Say Cheese or Plain Cheesy? The Mother-in-law Manual

When we brought all ladies on the table, matters were extremely visual. I could smell Aunt Widad, grate Aunt Eman’s rough structure off, spread Aunt Zainab’s hilarious stories on all available toast, and taste Edith just for the experience. The cheese platter turned into a bunch of women staring at me!


Blue doesn’t go with all colors:

Aunt Widad is the most contradicting of all mother-in-laws. Like blue cheese, you can’t find anyone indifferent about her. You either die for or totally loathe her. She’s very blunt and open about herself. C’mon, it’s the one cheese that confesses it’s rotten. How brave a woman can be? Underneath that ugly and deformed surface, this cheese has a very smooth texture inside. The problem of this woman is that she’s so interfering. She sticks her nose everywhere, even in places you least expect or welcome her in. There’s the blue cheese triangle, spread tube, salad dressing, beef sauce, and pasta sauce for good Heavens! Even for someone who likes her, that’s way too much.


If you’re the candid character yourself, you wouldn’t really mind her honesty. All you need is to draw your borders of privacy and you might end up being best friends. If you find her remarks offensive and hate the after taste, keep your conversations general and phone calls politely short. Unless you’re allergic to blue cheese and you spend three nights in the hospital after one bite, you shouldn’t avoid it. It’s family at the end of the day. However, I’m not asking you to accept abuse. All I’m saying is that with lots of cucumbers and thick cream, blue cheese isn’t blue anymore.

“You can only be good enough for son prince if you have any royal blood of some sort.”


Can you afford Parmesan?

You can easily spot a Parmesan mother-in-law with her perfect twin-set and slim trousers. There’s no trace of grey hair – even if she’s veiled. She has a straight posture, cutting stare, pointy nose and flawless manicured nails. Love her or not, we all want to at least look like her in our 60’s. Take Aunt Eman, for example, she’s a model Parmesan woman. She’s very chic and posh; but too bad, she demands everything and everyone around her to be so, too. You can only be good enough for son prince if you have any royal blood of some sort.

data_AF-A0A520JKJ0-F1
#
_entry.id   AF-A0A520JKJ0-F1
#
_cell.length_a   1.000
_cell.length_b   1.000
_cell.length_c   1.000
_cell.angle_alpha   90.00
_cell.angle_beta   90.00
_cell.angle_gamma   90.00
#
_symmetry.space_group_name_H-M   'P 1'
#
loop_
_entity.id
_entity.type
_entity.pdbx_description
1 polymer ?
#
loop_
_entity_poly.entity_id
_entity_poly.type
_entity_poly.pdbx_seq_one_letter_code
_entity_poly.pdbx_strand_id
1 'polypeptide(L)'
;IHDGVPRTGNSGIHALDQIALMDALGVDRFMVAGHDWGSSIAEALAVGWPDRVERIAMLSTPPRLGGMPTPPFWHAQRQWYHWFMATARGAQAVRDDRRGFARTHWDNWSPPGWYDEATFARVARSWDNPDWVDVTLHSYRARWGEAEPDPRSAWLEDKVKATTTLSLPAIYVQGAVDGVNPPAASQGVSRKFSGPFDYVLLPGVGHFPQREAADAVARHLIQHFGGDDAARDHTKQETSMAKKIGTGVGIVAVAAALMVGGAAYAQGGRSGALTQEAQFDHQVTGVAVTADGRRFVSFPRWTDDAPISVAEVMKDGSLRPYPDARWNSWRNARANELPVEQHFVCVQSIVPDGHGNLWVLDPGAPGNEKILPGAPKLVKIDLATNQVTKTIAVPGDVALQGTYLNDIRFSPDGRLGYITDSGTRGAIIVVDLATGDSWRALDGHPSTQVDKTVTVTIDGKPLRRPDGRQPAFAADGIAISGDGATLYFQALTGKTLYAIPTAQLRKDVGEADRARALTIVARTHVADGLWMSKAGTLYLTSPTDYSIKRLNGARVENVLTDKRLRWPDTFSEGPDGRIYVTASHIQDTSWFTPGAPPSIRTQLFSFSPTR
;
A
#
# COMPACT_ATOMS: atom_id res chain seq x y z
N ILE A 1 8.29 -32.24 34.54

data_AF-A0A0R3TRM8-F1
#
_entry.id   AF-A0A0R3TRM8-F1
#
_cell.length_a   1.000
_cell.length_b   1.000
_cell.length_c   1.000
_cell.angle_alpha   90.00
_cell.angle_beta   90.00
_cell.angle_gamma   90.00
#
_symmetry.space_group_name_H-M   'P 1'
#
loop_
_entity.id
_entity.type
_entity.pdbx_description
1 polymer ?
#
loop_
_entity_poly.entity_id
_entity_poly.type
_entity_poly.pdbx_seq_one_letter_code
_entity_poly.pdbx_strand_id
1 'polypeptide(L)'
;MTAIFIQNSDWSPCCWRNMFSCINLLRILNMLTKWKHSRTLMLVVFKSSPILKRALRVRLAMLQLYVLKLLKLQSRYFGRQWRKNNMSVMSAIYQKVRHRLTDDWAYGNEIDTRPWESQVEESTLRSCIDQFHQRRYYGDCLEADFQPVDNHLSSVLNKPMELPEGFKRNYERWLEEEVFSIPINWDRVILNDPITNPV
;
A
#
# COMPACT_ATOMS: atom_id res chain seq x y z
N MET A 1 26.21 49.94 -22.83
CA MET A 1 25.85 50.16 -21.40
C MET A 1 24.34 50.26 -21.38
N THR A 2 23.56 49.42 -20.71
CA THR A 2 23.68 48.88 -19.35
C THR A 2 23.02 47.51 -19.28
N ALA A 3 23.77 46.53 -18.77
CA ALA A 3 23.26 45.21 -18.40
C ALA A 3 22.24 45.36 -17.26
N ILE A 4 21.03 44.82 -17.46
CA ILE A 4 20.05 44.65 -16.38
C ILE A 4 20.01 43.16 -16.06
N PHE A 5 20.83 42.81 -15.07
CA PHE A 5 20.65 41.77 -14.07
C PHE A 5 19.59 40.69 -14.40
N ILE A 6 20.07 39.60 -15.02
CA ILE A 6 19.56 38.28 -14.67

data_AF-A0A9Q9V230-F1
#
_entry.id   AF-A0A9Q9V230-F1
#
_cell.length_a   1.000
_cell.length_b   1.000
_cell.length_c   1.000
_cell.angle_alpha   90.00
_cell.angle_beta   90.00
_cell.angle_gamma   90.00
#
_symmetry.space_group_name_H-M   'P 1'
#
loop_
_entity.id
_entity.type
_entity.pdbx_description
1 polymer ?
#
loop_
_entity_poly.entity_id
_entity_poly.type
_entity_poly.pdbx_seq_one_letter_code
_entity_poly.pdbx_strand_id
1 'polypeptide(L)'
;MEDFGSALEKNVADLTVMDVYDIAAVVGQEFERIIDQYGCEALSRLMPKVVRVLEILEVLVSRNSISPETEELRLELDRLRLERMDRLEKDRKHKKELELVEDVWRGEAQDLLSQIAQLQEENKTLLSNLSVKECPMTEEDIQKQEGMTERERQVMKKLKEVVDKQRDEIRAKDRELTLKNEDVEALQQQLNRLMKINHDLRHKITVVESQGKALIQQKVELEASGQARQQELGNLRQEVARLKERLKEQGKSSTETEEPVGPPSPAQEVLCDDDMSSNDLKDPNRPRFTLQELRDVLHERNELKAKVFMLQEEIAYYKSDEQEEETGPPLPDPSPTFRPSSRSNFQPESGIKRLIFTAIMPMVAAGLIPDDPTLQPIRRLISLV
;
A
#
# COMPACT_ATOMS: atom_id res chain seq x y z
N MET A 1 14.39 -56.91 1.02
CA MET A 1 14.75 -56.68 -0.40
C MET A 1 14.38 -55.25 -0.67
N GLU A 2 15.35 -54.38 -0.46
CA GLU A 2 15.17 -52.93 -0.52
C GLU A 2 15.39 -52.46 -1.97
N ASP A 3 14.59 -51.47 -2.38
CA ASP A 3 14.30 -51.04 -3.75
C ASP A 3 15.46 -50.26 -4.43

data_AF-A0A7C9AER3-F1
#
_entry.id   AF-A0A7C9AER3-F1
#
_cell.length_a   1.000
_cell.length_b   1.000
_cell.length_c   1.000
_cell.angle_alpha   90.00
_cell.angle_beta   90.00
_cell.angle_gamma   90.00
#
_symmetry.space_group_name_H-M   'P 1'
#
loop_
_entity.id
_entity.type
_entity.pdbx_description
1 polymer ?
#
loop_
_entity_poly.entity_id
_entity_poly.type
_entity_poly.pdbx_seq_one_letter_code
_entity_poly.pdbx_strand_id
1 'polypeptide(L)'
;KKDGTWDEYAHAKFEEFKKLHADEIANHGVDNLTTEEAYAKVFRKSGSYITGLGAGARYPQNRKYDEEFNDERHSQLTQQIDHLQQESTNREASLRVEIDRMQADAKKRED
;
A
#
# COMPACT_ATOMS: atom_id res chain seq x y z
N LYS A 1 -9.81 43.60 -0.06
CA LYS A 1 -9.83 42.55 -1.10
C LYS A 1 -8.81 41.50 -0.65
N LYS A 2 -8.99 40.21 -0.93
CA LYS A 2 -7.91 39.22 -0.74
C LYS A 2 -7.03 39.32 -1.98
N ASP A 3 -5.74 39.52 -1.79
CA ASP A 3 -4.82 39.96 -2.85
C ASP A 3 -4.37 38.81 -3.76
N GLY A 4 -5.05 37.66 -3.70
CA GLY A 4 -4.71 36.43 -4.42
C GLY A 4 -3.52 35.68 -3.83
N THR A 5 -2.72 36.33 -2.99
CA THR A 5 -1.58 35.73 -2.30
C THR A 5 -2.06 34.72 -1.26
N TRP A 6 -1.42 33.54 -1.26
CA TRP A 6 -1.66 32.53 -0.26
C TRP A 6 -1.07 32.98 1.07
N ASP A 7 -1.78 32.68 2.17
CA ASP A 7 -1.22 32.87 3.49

A kilogram of Parmesan cheese costs as much as 10 large combos of McDonalds. Even if you can afford it, it’s not an ordinary everyday breakfast item. You have to miss it to enjoy it. Don’t try too hard with your Parmesan mother-in-law. To her, that’s so not classy. Don’t indulge her into your PMSing, labor or stretch marks. She doesn’t want to know these icky details. She can only grant her support in window shopping for the carpet you want for your living room. They’re born with superb taste. Also remember that an etiquette tip or two will always impress your charm school principle.


No dry angles for the triangles:

Who wants a triangle cheese sandwich? All hands up. You have to be a no cheese eater to dislike triangle cheese. Maybe it’s because of how familiar and common it is. Just like Aunt Zainab, she reminds you of your school friend’s cool mom when you were young; the one who was chubby, funny and took you all cruising in her car with music playing really loud. She’s also trusted by the parents. Wasn’t that a perfect scenario? You adore it. You can eat the whole packet with no bread and your parents won’t see it unhealthy. Everyone is happy.


Twenty years later, you still find her light and reliable. She welcomes you with a bear hug and loves babysitting her grandchildren. She always has an absurd story about a cousin, a neighbor, or even herself. Now you know where your husband got his sense of humor. She has no hard feelings towards anyone or anything. Everyone envies you for having such a supportive mother-in-law. Speaking of envy and jealousy, unlike during your childhood your mother might not be all excited about your growing friendship with your mother-in-law.

“Now you know where your husband got his sense of humor. She has no hard feelings towards anyone or anything. Everyone envies you for having such a supportive mother-in-law.”

Clash of civilizations:

You have to be extremely brave and open minded to like “Mish”. Eating something that comes from a very different background, sets you on fire and by all means unhealthy, requires applaud and respect. Like “Mish”, Edith doesn’t adapt to your ways, not even come to a mid point. When you met your dual nationality husband, you didn’t know what hit you. He had the looks, the brains and one extra passport. Least that you know, that Edith might be your mother-in-law. She’s sharp and sour. It took you a lot of effort to get used to her dissimilar culture.


You can’t eat “Mish” with toast. If you asked for it and wanted to taste the culture, you might do it the proper way. Tear a slip of “Feteer”, dip it into the plate of “Mish”, draw a half circle, expertly form a cone like shape, and munch it all. Does that mean you’ll forget your cold cuts and scrambled eggs breakfast? No. You’re only taking the cultural experience to the max. Edith won’t be threatened by you or worried you’ll erase her son’s half heritage. She’ll feel you’re truly family. And you’ll learn a lot more about your husband.


What do we learn?

Cheese and mother-in-laws are always there; the key is to know which is healthy, which isn’t, what is the right mixture with every kind, what is the right quantity for you, and what to avoid all together. When it comes to me, I have to buy my husband his favorite cheese. If he loves it that much, there’s no harm in sharing it with him in his meals. That way, he’ll share mine, too. This is what marriage is all about.


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